COVID-19 Disruptions to Indiana Food Supply Chain
April 20, 2021
Authors: Kendra Morrissette, Ph.D. Candidate; Jayson Lusk, Distinguished Professor & Purdue Ag Econ Department Head; and Brian Bourquard, Senior Director at EY-Parthenon, Food and Agriculture Strategy
The past year has been nothing short of record-setting, not only in the United States, but around the world since the outbreak of the coronavirus. March 2021 began a year of disruption, change, and shifting of not only how we live and operate in our daily lives but how our food is produced, transported, and sold. The coronavirus did not spare any industry, and agriculture is not exception. This paper aims to discover the impact that the coronavirus had on revenues from major commodities in Indiana.
The largest crops produced in Indiana are corn and soy, whose production total over 10 million acres combined. Indiana farmers produced $3.3 billion in corn and nearly $2.5 billion in soybeans in 2019, which in total represents half of Indiana’s farm commodity sales. Indiana is home to two large pork processing plants, and as a result, export a significant amount of pork each year. Because pork processors were significantly impacted by the coronavirus, this report investigate the impacts of COVID19 on this industry. Additionally, Indiana is the 2nd largest egg producing state in the country producing 847 million (measured in dozens) eggs in 2020.
Data & Analysis
To determine impacts of COVID-19 on revenues for corn, soybeans, hogs, and eggs, we relied on monthly price and production data supplied by the U.S. Department of Agriculture. In each case, 2019 data were used to extrapolate the the quantities and prices that would have been witnessed had COVID-19 not occurred, and these values were compared to the revenues and production values actually witnessed in 2020. The difference between these two values is the estimate of change in revenue or production from COVID. Because not all price changes are a result of COVID, for corn and soy, we calculated a range of economic damage attributed to COVID-19 using three different values: 50%, 75%, and 100%.
Figure 1 shows the estimated monthly economic impact to the corn crop in Indiana due to the coronavirus. There were revenue losses beginning in April 2020 and continuing late into the year; however, a recovery began as 2020 came to an end. The estimated losses to corn production in Indiana from January to December 2020 due to COVID-19 were between $42 and $155 million. A significant driver behind this reduction in corn prices is the decrease in demand for ethanol and corn as animal feed as the stay-at-home orders went in effect throughout the United States forcing consumers to stay home and food service industries to close. A similar analysis was done estimating the impact of COVID-19 on the soybean crop in Indiana; however, March was the only month of 2020 to see a decrease in the price of this commodity.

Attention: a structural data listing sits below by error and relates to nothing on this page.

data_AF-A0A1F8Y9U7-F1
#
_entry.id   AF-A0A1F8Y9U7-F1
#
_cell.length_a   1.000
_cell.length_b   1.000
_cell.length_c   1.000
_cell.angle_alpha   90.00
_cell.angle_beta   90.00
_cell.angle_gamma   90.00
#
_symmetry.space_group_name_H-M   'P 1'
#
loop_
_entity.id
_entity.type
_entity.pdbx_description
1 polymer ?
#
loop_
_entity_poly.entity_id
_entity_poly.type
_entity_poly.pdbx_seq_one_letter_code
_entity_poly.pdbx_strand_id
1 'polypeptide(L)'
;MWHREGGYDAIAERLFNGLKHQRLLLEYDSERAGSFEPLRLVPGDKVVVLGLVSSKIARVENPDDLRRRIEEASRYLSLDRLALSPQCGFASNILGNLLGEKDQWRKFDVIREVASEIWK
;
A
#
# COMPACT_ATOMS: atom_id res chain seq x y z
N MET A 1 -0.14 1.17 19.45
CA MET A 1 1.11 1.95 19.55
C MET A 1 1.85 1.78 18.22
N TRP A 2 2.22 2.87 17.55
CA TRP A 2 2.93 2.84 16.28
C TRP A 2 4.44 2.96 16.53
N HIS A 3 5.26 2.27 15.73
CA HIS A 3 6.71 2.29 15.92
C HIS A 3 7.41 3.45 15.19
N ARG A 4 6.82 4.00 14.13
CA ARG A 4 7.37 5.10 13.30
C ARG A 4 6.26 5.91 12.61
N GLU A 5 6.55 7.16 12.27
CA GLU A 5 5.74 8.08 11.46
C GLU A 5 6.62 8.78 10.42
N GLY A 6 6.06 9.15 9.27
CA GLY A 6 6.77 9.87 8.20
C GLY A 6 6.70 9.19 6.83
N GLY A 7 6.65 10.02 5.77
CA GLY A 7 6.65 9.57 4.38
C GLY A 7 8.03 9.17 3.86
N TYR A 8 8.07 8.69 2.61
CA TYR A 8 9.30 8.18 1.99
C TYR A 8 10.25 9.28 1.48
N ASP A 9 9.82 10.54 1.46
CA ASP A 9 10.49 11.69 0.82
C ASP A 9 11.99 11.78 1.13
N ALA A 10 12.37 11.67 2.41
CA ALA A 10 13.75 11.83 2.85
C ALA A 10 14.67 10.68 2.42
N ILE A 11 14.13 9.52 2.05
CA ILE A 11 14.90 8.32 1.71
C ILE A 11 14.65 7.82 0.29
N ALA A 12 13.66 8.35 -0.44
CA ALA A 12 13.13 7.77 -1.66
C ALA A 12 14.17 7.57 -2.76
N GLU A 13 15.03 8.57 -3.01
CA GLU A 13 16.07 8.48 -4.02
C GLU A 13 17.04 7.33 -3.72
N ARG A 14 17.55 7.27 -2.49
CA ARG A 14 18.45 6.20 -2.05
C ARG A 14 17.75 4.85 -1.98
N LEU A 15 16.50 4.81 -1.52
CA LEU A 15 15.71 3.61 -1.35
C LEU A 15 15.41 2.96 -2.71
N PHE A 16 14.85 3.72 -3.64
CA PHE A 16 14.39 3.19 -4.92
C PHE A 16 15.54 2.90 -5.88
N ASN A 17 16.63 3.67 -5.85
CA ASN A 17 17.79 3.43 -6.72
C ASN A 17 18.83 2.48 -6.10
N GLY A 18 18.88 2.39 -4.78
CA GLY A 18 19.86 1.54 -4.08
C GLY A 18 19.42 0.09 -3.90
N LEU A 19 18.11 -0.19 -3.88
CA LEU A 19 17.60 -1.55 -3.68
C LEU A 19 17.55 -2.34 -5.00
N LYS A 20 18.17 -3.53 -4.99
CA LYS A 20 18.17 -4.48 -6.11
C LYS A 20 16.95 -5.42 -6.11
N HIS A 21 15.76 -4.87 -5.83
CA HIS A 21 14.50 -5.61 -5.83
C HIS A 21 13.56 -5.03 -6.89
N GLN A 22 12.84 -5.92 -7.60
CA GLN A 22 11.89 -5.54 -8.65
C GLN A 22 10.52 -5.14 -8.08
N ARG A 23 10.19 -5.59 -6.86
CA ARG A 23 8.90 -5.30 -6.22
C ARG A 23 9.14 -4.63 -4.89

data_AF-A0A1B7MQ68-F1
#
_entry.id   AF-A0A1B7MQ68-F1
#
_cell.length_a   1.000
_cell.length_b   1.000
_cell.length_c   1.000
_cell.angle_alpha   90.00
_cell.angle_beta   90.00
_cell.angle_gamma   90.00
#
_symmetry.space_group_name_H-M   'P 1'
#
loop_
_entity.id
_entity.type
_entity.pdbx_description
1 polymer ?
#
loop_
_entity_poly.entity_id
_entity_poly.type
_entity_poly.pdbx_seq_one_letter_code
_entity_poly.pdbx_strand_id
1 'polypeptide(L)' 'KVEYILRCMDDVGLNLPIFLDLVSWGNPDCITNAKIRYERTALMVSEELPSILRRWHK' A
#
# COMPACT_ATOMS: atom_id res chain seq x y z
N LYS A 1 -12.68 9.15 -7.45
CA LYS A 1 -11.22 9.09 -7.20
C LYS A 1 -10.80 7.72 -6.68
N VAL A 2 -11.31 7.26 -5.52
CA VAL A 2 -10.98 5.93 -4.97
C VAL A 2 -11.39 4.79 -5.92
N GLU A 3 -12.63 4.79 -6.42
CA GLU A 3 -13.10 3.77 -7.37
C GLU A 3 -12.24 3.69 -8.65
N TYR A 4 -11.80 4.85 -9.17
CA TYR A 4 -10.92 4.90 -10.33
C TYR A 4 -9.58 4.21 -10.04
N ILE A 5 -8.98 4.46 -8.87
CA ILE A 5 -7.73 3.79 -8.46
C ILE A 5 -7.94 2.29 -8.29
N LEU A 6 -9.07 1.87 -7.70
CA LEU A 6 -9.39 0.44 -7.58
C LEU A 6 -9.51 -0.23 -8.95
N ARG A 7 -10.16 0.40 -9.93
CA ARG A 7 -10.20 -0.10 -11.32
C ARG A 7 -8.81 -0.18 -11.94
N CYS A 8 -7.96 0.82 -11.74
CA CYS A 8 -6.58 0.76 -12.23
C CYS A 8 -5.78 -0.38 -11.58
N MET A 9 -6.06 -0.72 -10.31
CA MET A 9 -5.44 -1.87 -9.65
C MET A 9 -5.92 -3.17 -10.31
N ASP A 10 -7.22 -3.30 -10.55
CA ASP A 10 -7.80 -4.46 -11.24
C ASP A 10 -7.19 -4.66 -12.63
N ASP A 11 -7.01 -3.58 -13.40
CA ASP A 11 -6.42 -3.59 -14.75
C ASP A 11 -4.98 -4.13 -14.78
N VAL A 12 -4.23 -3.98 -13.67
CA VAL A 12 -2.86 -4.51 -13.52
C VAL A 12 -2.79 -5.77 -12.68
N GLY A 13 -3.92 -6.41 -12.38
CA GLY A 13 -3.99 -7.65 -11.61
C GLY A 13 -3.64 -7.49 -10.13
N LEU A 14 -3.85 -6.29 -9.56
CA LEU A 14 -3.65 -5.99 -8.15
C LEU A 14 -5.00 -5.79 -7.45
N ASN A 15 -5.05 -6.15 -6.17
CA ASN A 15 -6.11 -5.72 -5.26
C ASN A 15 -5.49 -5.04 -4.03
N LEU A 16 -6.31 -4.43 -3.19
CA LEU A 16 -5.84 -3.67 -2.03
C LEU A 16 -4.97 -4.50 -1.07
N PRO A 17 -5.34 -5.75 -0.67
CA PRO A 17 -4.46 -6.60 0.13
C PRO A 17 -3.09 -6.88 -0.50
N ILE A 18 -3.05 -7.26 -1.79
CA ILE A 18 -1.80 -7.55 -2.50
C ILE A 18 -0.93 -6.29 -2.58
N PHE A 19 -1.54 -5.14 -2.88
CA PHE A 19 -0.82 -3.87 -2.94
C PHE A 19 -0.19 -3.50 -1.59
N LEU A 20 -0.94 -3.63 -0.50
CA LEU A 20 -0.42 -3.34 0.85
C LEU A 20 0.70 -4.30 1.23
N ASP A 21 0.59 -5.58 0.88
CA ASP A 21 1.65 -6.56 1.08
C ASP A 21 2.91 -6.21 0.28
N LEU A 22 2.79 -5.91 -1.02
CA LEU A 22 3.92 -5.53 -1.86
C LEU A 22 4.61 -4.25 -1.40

Revenue losses to the hog industry in Indiana due to COVID-19 are about $21 million from January through December 2020. The estimated monthly losses are shown in Figure 2. The red bars show the months with estimated losses to the industry. April through August show losses to pork production; however, the industry recovered to pre-coronavirus production levels by September 2020.
Estimates show a significant increase in table egg revenue at the beginning of the pandemic followed by a quick price drop off as supply chains adjusted. For the 2020 (as compared to 2019) production of table eggs were higher month over month for the entire year (Figure 3). We see a similar pattern with breaker egg prices (Figure 4) increasing in revenue during March 2020 but dropping back to historic levels in April 2020.
Overall, there were significant impacts to the agriculture industry in Indiana because of the ongoing pandemic with the largest impacts seen in the corn and hog industry; however, both industries recovered by late summer. Fast adjustments along the food supply chain paired with a recovery in commodity prices, led by an increase in exports to China and adverse weather condition in parts of the Midwest, helped agricultural markets recover by the end of 2020.